Module 7: Medication Management: Professional Roles and Best Practices
- identify and define the five major roles of non-medical practitioners in relation to the medication of clients
- explain the differences between traditional, interdisciplinary, and transformational collaboration between professionals
- explain the partnership model of practice with clients
- apply “best practices” in assessments, referrals, medication monitoring, and court affidavits
Module 8: Psychosocial Interventions for Childhood Problems
evaluate appropriate psychosocial interventions for various childhood problems based on research evidence
- describe evidence-based practice as a process and a philosophy of closing gaps between research and practice, respecting client preferences, and minimizing harm
- identify emotions and behavior common across several DSM diagnostic categories of childhood problems , and identify ways to view childhood problems with less reliance on DSM diagnostic labels
- describe effects of traumatic experiences on children’s development and self-regulation
TARGET AUDIENCE AND INSTRUCTIONAL LEVEL
This CE program is aimed principally at non-medical practitioners in mental health and child welfare, including counsellors, psychologists, social workers, as well as attorneys and judges. Other professionals, including teachers, clergy, and others, may also benefit. This CE program will also benefit physicians (both primary-care and specialty).
The instructional levels are Introductory and Intermediate.
This CE program is presently offered free of charge, as a community service of the School of Social Work, Florida International University.
To maintain this website, update the contents of the program, and pay the required costs to the requisite professional organizations, a nominal administrative fee might eventually be charged to future course learners who wish to obtain approved CE credits.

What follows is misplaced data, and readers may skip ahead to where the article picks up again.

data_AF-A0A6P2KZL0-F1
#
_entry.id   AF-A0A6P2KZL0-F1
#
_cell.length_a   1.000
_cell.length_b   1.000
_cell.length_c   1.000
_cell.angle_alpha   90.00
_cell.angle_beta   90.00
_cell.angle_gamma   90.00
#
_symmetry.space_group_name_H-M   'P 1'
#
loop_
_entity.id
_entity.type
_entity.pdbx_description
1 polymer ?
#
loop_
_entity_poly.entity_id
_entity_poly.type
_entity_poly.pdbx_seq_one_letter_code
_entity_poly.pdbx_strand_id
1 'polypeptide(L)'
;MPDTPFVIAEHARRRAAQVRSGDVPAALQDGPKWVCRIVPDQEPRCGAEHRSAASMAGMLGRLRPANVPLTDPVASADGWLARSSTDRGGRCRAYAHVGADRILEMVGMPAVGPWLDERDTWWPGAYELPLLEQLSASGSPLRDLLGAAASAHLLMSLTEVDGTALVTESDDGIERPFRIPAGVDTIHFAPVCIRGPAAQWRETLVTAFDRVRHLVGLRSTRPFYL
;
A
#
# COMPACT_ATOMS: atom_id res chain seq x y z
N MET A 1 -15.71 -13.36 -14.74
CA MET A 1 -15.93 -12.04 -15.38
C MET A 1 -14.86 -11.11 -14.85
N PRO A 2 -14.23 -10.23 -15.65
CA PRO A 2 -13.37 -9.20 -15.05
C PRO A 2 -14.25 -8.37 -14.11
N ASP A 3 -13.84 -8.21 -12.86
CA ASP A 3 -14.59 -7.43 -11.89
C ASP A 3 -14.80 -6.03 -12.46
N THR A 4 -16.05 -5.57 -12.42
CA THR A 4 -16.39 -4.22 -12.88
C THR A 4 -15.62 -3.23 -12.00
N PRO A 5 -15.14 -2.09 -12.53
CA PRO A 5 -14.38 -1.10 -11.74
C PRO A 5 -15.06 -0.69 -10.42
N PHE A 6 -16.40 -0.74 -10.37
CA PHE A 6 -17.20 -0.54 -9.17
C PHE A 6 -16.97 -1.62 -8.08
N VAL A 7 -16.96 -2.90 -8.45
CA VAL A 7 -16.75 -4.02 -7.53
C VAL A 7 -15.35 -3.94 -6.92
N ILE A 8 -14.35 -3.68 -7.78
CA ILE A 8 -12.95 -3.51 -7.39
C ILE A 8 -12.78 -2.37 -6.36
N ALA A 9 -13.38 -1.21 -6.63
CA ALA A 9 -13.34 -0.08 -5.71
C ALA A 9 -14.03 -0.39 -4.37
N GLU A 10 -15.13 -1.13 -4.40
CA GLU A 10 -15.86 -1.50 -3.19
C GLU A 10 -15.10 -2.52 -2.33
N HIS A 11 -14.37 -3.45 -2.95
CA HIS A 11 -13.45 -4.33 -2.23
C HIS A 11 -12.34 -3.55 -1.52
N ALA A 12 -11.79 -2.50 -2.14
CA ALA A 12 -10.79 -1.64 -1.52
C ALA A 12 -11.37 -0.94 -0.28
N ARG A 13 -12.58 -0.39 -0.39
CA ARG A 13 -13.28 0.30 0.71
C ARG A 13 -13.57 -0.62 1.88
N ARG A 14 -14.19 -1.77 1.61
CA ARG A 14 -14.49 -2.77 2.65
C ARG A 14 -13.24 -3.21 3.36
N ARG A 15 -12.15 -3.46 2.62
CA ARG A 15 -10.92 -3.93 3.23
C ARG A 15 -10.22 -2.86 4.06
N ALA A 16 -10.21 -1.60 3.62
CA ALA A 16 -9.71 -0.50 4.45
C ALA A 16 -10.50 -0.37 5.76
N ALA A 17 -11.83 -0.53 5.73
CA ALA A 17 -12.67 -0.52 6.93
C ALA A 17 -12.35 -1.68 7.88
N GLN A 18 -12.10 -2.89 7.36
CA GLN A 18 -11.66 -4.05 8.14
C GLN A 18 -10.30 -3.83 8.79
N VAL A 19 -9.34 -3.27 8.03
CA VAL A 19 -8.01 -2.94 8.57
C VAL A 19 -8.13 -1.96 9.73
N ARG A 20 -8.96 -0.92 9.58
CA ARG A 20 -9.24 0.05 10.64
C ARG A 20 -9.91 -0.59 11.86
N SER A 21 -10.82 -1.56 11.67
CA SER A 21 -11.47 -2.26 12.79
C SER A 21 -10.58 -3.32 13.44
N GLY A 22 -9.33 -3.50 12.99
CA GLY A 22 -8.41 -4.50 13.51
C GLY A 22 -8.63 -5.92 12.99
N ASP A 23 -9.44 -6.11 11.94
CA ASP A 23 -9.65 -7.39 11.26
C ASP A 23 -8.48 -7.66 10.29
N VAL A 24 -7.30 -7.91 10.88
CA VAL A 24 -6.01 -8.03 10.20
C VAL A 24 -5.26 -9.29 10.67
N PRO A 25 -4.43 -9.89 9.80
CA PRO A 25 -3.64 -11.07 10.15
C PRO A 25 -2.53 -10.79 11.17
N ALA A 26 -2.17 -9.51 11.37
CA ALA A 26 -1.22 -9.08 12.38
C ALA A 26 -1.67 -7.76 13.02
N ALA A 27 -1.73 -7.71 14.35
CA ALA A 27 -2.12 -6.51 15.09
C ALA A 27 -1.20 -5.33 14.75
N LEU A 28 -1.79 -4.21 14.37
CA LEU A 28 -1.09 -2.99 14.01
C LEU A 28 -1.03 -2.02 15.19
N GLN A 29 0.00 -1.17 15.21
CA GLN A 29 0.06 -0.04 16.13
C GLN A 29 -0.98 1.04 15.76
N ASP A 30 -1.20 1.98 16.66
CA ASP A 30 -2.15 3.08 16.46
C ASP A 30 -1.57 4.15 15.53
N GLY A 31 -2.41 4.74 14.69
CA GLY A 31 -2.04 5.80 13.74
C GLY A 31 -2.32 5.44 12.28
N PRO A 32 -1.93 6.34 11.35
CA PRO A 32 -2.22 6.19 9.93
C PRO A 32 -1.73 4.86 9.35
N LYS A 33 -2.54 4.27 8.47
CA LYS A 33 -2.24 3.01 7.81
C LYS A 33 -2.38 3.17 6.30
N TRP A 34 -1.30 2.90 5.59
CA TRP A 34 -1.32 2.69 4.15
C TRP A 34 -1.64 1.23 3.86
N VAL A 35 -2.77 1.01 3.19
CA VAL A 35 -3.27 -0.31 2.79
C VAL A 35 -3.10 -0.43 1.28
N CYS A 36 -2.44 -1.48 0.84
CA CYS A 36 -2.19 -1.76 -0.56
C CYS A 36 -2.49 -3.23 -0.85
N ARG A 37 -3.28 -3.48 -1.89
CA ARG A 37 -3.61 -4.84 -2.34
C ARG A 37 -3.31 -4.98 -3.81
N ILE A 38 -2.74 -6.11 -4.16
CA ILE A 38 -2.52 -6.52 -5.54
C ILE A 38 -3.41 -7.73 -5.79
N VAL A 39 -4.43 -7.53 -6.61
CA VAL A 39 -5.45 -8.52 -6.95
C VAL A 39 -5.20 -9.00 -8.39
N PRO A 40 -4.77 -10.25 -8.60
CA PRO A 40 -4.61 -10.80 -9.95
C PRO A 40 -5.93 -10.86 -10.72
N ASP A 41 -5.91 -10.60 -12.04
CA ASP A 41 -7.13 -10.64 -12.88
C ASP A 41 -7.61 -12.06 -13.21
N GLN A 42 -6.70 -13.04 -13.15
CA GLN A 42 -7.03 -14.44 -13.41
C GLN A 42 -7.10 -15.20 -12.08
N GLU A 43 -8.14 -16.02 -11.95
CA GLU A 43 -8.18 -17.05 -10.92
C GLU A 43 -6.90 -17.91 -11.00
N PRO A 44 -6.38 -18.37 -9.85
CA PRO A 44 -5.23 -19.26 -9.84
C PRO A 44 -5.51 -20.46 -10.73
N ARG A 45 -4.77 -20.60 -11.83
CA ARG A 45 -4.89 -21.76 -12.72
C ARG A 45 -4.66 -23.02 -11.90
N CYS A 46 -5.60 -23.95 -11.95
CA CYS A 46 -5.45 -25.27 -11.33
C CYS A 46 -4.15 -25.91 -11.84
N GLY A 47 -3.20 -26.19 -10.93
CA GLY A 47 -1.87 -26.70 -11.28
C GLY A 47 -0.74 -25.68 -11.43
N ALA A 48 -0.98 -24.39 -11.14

The CE program is made possible by a grant from the U.S. Attorneys General Consumer and Prescriber Education Grant Program.
The contents of CriticalThinkRx were determined by rigorous assessment, including systematic literature review, expert faculty assessment, new scientific knowledge, and activity feedback.
CriticalThinkRx was conceived by David Cohen, Ph.D., and designed by David Cohen and Inge Sengelman, M.S.W. The contents of the CE program were reviewed by expert consultants in counselling, law, psychiatry, psychology, and social work. Their credentials are available here.
NUMBER OF APPROVED C.E. CREDITS
This program is approved by The Florida Bar for 14 C.L.E.R. (2 ethics and 12 mental illness awareness). Course # 8052-8, exp. 3/29/2010.
This program is approved by the Florida Board of Licensed Clinical Social Workers, Licensed Marriage & Family Therapists, and Licensed Mental Health Counselors (Provider # 50-738, exp. 3/31/2011), for 12 C.E. credits.
The School of Social Work, Florida International University, is approved by the American Psychological Association to sponsor C.E. programs for psychologists. The School of Social Work maintains responsibility for this program and its contents. This program is worth 12 C.E. credits.
This program is approved by the National Association of Social Workers (Provider # 886502126) for 12 C.E. contact hours. Also approved by the Florida Board of Licensed Clinical Social Workers, Licensed Marriage & Family Therapists and Licensed Mental Health Counselors (Provider # 50-738, exp. 3/31/2011).
A course learner can obtain a minimum of 3 and a maximum of 12 C.E. credits. C.E. credits are provided to course learners who: (1) register and activate their account, (2) obtain a score of 80% or better on a multiple-question test (about 10-18 questions per test), and (3) fill out an online evaluation for every two modules.
A Certificate of Completion/Certicate of C.E. Credits will be given for each two modules (one test) successfully completed (3 C.E. credits). By successfully completing all eight modules (four tests), a course learner may obtain the maximum of 12 C.E. credits.
CE credit information last updated January 2009.
Educational activities not offered for CE credits
No information available. Please visit later for updated schedule information.